Lint-Trap 2/26/01: Memory Corruption


Memory Corruption


Studying Huna has done incredible things for my dream life. I've been keeping a dream journal for several years. Jung and the Hawaiians both got the first main rule right--always acknowledge with thinks, and do something concrete about every dream you remember. This tells your unconscious mind that you want to communicate with it.

The Hawiians, with their exquisitive understanding of the unconscious mind, saw it a simple being, like a 4- or 5-year-old child, communicating mostly through emotion and symbols. But having a real love for, and trust in the conscious mind. And it is delighted to be in communication with the conscious mind, through dreams and other ways. Most people don't listen--they respond to their unconscious with fear or distain. If you listen, over time you begin to get some powerful messages.

And, according to the Hawaiians, our communication with the spiritual, with God, with the collective unconscious, all goes through the unconscious mind. So if we don't understand this particular lens, what we see through it is distorted and can be harmful.

All that being said, I sure had a strange dream last night. I spent almost the entire night designing a memory allocation routine (a kind of computer program). This particular one had to run on many different planets, and it had to be able to resist corruption while replacing the current version, which allowed memory to be corrupted. The author of the current version was a former boss of mine, who indeed was a somewhat puckish character not very good at details. And how, just coincedentally, reminds me a lot of my father.

In the early part of the evening, I was working on the design. In the middle of the night, I was doing a kind of design review, where I looed for flaws. I realized that I needed some help from the hardare, "memory protection", in order to write a totally accurate routine.

As it became close to morning, I began to dream that I had waked up and was writing about this in my dream journal. At one point, I even finished the dream journal and went to the computer and started to compose this entry about the dream. Then I would realize I was still asleep, and tell myself that I must remember to make the dream journal entry when I woke up. Variations of this process happened at least a dozen times before I finally woke up for good (my bladder led the way).

So all day I have been thinking about memory corruption. Such a vivid word. Religious in tone. Literally, I think of computer memory with maggots and weevils crawling around in it, eating all the bit-rotten data. "Nor did Thou suffer thy holy One to see corruption," says the Messiah.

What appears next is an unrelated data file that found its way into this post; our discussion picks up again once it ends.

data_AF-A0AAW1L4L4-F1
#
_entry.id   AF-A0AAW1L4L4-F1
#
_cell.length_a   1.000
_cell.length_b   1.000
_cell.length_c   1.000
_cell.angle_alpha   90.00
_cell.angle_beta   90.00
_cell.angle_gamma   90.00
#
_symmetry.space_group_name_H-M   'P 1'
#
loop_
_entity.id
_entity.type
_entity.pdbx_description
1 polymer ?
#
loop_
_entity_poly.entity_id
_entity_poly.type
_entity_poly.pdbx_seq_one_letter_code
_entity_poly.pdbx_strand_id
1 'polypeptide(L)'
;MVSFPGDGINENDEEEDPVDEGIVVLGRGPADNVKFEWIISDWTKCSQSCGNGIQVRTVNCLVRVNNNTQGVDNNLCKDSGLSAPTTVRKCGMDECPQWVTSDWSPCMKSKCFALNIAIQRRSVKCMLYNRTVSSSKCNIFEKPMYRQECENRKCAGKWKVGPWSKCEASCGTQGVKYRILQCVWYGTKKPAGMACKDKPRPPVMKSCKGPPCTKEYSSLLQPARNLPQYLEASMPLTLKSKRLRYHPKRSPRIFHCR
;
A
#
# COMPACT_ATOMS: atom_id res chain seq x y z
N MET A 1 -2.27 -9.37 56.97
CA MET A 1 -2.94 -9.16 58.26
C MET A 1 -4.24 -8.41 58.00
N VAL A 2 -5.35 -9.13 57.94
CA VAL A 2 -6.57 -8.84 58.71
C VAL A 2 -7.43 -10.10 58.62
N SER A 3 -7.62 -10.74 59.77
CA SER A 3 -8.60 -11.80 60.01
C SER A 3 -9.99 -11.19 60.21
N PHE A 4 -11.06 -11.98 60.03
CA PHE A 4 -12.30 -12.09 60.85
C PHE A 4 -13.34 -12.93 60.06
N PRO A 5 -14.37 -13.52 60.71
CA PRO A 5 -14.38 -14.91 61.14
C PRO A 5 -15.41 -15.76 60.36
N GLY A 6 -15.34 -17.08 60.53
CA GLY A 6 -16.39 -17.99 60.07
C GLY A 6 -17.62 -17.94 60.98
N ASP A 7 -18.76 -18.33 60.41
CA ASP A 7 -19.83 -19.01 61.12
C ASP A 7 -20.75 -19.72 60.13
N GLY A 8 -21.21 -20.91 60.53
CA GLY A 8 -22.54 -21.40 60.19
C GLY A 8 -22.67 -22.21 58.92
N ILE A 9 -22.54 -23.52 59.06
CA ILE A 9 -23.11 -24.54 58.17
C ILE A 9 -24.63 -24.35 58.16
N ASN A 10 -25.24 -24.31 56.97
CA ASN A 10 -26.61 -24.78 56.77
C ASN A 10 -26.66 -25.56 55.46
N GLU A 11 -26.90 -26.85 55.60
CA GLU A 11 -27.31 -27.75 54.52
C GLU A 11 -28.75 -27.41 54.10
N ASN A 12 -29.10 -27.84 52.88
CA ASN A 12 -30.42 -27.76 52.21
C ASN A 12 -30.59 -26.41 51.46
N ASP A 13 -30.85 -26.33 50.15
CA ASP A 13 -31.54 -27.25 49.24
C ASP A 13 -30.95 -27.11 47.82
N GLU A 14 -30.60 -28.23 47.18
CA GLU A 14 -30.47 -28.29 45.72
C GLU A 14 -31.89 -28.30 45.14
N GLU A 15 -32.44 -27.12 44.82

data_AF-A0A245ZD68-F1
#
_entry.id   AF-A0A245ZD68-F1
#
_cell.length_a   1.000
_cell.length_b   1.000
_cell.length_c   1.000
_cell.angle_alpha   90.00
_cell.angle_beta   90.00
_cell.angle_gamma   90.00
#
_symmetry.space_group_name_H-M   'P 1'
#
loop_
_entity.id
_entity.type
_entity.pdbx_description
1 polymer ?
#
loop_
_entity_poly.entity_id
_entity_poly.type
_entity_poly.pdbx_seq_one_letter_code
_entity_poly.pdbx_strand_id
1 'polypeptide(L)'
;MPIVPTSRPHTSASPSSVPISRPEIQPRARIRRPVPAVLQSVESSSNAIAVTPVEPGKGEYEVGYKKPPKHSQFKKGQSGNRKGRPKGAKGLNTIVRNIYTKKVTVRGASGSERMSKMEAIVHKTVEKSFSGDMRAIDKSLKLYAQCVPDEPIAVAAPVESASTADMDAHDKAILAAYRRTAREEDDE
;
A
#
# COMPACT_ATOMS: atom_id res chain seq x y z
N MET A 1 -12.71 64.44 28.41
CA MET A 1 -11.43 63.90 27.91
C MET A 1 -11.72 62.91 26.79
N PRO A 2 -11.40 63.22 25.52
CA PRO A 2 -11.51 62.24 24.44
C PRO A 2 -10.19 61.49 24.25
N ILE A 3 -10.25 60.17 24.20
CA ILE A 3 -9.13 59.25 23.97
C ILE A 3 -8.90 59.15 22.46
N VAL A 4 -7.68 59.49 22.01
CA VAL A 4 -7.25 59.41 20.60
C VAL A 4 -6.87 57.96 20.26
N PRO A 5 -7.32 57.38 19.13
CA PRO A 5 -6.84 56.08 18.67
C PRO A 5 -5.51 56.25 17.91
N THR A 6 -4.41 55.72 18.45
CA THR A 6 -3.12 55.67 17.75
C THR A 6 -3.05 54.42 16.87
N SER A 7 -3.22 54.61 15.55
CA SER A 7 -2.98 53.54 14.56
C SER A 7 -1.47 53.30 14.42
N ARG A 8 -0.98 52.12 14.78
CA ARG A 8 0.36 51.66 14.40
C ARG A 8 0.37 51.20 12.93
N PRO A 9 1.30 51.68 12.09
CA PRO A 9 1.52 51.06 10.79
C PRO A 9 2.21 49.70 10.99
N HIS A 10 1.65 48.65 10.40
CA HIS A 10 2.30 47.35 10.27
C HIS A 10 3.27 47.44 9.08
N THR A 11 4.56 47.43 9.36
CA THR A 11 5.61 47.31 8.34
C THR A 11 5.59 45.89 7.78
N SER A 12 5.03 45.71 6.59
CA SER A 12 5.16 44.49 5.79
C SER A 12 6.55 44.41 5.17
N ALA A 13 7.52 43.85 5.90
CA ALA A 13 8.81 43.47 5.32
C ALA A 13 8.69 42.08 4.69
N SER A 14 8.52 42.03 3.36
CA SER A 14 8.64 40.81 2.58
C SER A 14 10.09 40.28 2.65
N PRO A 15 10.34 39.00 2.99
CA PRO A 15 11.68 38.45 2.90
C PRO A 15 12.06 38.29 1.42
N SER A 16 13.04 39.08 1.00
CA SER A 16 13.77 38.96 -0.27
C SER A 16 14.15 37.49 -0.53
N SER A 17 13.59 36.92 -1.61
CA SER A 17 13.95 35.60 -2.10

It's interesting that so many computer terms are emotionally very laiden but are used by nerds without a tremor of emotion. The application aborted. Now there's an emotional word for you. But not the way techies use it.

And memory. Memory corruption is rather like Alzheimers, no? So if my unconscious mind is enlisting me to build up my anti-Alzheimer antibodies, it was a night's work well done. Maybe those images of the people in the retirement home on Sat., minds nearly gone, a wisp of personality clinging on to the body, who knows why? Did they send the unconscious on a third-shift crusade to strengthen the quality of my coding?

Memory protection, that's what I needed in the dream. And didn't the end of my dream bear that out--take the memory of the dream, and write it in the journal over and over again, until, conscious, I accomplished the deed in fact.

Yes, I had to keep the memories alive and uncorrupted on many planets. My father's program lead to corrupted memories--a loss of perspective, squeezing myself into his suit of moral armor even when it clearly did not fit. Giving rise to ethical weevils that made so much trouble in my life. But I will fear no weevils. The program is fixed, the hardware is in place, my father's program has been supplanted, the memories are safe from corruption.

And I've made the entry in this journal I dreamed about, for the few souls who have perhaps discovered me and my writing. So they, and I, will not forget.

Thank you for reading.

Copyright © 2001 Pete Stevens. All rights reserved.